Weekend Box Office (April 3 - 5, 1998)
Director James Cameron's reign as "king of the world" is over,
at the domestic box office that is, as moviegoers powered
Lost in Space past Titanic
for the top spot at theaters over the
weekend. Budgeted at $90M, Lost in Space
invaded multiplexes everywhere and collected
$20.2M. It was the largest April opening on record besting 1993's Indecent
Proposal which debuted with $18.4M. The
New Line sci-fi action film took advantage of the widest opening in history
as they invaded a massive 3,306 cinemas giving it an average of $6,096
per location. That was good enough to give Lost
in Space the largest three-day opening
of the year beating fellow New Line movie The
Wedding Singer's $18.9M debut. Singer,
however, grossed $21.9M over the four-day Presidents Day holiday weekend.
Lost in Space's opening is also the fifth largest debut performance by a New Line picture ever trailing Teenage Mutant Ninja Turtles ($25.4M), Mortal Kombat ($23.3M), The Mask ($23.1M), and Spawn ($21.2M). Overall, it was a solid launch for Lost in Space but its chances for longevity look iffy. With such an ultrawide release this weekend, New Line was able to satisfy much of the demand upfront which could lead to much smaller grosses down the line. Also reviews have not been very positive so the film should depreciate at an average or above-average rate next weekend. Still, New Line can forever lay claim to the film that unseated Titanic. The last film to reach number one before the ocean liner was December's Scream 2. For a review of Lost in Space and other recent films, visit Chief's Movie Review Page.
Does this mean that Titanic has hit an iceberg and disaster awaits? Hardly. But the Oscar champion did drop by 24% from last weekend and grossed $11.5M pushing its domestic total to a mammoth $530.4M. This drop is the second-largest in its 16-week run and is showing that moviegoers are ready to start embracing other films. But Titanic still has a chance to resurface to the number one spot in the weeks ahead. The April releases are not very promising and if Lost in Space fizzles away rapidly, Titanic could regain the box office crown it wore so proudly for fifteen weeks. If it does return to number one, it will tie E.T. for the most total weekends at number one with sixteen. Meanwhile, the Titanic soundtrack continued its lock on album sales registering its twelfth straight week at number one with over 20 million units sold worldwide.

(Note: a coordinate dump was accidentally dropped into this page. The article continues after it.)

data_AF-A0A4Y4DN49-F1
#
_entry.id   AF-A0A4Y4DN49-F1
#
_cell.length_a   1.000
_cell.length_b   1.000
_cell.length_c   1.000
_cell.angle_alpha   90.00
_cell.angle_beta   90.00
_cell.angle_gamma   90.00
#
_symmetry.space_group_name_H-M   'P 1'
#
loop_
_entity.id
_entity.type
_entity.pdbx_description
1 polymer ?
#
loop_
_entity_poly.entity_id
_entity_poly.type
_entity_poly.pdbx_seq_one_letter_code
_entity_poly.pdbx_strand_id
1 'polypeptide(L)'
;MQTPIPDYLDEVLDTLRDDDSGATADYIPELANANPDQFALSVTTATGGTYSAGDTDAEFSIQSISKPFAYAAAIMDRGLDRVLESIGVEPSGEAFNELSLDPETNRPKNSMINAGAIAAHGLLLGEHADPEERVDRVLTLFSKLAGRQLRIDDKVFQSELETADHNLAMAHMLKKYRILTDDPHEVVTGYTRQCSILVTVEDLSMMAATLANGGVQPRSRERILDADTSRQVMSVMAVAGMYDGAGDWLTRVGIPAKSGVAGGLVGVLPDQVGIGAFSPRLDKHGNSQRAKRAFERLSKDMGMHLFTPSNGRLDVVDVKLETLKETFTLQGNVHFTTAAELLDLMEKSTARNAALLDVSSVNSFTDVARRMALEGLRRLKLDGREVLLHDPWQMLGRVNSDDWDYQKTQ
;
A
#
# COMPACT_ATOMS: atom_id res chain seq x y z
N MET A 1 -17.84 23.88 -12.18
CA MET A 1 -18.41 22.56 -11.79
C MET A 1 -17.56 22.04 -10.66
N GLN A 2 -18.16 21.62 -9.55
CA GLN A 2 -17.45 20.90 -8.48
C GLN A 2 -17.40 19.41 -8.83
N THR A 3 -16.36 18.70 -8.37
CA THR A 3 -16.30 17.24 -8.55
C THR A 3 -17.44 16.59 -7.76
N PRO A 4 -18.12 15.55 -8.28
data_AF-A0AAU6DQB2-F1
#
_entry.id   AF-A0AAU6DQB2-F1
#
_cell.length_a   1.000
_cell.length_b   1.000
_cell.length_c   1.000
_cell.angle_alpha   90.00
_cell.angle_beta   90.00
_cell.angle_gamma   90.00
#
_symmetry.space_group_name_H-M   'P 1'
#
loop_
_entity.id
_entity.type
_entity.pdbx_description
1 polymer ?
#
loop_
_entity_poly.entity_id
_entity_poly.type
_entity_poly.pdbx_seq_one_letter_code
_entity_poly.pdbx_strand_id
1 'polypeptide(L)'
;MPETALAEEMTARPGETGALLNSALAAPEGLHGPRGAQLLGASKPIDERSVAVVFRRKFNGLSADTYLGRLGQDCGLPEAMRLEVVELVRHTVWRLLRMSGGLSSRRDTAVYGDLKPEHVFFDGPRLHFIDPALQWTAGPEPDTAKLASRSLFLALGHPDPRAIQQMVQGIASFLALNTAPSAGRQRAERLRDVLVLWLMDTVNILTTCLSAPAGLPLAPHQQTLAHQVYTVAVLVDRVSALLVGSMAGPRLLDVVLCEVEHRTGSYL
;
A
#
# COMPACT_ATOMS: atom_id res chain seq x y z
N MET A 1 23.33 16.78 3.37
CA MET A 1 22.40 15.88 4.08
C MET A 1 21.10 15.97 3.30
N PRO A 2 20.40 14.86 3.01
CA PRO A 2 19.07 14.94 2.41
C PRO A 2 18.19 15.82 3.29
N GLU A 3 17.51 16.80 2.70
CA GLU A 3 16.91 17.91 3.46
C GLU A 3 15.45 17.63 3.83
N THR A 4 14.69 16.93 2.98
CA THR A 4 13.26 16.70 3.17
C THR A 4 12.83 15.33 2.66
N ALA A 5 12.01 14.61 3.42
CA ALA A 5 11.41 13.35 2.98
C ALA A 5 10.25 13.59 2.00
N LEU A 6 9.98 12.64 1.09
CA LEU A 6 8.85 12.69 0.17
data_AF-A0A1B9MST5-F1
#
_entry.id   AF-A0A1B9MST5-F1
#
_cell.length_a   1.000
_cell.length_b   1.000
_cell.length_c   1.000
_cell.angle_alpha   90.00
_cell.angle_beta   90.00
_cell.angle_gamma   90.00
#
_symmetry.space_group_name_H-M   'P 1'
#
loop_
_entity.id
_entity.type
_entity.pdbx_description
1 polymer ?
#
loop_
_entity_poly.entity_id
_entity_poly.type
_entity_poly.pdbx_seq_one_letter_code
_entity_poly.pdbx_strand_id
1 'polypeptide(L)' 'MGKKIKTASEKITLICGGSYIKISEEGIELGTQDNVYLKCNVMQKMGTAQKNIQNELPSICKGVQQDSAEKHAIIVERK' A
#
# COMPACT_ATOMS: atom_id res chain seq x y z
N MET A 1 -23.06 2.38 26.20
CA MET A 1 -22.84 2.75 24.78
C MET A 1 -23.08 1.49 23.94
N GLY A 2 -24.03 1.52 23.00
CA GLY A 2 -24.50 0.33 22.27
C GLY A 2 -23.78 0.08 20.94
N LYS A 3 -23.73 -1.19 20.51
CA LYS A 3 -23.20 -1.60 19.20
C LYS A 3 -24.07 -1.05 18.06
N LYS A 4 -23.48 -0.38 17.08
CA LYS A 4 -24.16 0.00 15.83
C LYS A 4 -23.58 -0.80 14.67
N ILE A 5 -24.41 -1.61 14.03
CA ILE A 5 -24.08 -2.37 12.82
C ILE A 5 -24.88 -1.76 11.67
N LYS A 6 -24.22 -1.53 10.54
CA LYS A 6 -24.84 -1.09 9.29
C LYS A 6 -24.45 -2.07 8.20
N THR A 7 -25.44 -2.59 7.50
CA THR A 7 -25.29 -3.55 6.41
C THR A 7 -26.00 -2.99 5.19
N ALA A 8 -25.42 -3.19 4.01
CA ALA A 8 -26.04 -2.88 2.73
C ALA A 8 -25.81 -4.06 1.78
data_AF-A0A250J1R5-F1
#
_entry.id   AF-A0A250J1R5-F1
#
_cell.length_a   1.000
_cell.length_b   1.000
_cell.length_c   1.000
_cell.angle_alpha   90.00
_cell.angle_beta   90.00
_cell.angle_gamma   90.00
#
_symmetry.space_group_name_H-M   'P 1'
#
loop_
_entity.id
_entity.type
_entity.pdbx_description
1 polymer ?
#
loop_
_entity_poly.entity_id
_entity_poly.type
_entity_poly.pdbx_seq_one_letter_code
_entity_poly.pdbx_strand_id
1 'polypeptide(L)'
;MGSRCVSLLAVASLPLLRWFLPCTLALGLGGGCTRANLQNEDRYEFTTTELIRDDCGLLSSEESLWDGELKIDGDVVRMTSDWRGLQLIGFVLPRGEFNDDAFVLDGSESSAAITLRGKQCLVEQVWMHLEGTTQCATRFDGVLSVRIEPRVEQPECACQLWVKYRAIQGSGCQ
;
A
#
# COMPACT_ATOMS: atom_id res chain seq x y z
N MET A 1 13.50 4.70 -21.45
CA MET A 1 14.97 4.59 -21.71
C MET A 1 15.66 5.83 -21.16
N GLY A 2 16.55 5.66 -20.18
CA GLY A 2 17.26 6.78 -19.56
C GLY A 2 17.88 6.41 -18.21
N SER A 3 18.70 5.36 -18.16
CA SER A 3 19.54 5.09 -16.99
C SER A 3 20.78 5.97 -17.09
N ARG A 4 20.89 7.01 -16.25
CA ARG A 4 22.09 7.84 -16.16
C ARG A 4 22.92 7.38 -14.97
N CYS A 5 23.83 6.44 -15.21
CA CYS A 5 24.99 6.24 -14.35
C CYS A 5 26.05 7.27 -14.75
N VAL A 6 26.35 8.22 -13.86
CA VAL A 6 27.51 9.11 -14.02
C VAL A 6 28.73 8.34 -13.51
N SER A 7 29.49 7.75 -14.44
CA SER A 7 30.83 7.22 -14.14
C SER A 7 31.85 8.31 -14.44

Opening in third place was the new Bruce Willis action offering Mercury Rising with a decent, but not powerful, gross of $10.1M. Its per-theater average of $4,233 was second-best among films in the top ten beating Titanic's but trailing Lost in Space's. Mercury Rising's performance was also below the standards of the A-list action star's recent films. The Jackal and The Fifth Element from last year both arrived much stronger with debuts of $15.2M and $17M respectively. However, those films did not open against powerhouses like Lost in Space. But Bruce Willis still has considerable drawingpower around the world as those two movies sold a combined $280M in tickets in overseas markets to date.
Universal, the movie's distributor, may have found better luck had it not decided to go head-to-head with the effects-heavy space adventure film. Mercury Rising is the second major film in three weeks from Universal to star one of Hollywood's top actors only to perform just moderately at the box office. Primary Colors, with John Travolta, opened with $12M two weekends ago. Universal must have been expecting more potent openings from these two films with such expensive talent onboard. Other commercial disappointments for the studio this year include Blues Brothers 2000 ($14M total) and Kissing A Fool ($4.2M).
The 20th anniversary reissue of Grease plunged 57% and took fourth place with $5.5M. Suffering one of the biggest second-weekend drops of the year, Grease is slipping away at the box office and has totaled $20.1M in ten days. It now looks on course to finish with about $30M. Rounding out the top five was that other Travolta film Primary Colors which was off a decent 33% and grossed $4.7M pushing its 17-day sum to $28.9M.
Meanwhile, Oscar's little darlings continued to show the best holds. Good Will Hunting edged just 23% as its total reached $126M, and As Good As It Gets was also off only 23% with its total now at $136.4M. Both films have shown new signs of life since winning their trophies.
The top ten's only
remaining sophomore The Newton Boys
tumbled 43% and took tenth place. With only $7.6M rounded up in ten days,
this posse should end up with only $10-12M in loot. Debuting below the
top ten in just 540 playpens, kidpic Barney's
Great Adventure collected $2.2M, showing
good strength for a movie with no chance of nighttime revenue and only
a narrow release.
Both new releases opened as projected. Lost in Space's $20.2M was very close to my $20M forecast and Mercury Rising's $10.1M was slightly below my $11M prediction.
Overall, the top ten films grossed $67.9M which was up 2% from last year when The Saint opened with $16.3M, and up 33% from 1996 when Primal Fear debuted with $9.9M. Be sure to check in again on Thursday for a complete summary, including projections, for next weekend's releases which include My Giant and Species 2.
Below are final
studio figures for the weekend. Click
on the title to jump to its official home page:
This column is updated three times each week : Thursday (upcoming weekend's summary), Sunday (post-weekend analysis with estimates), and Monday night (actuals). Source : Variety, EDI. Opinions expressed in this column are those solely of the author.
Last Updated : April 7, 1998 at 10:30PM EST
Written by Gitesh Pandya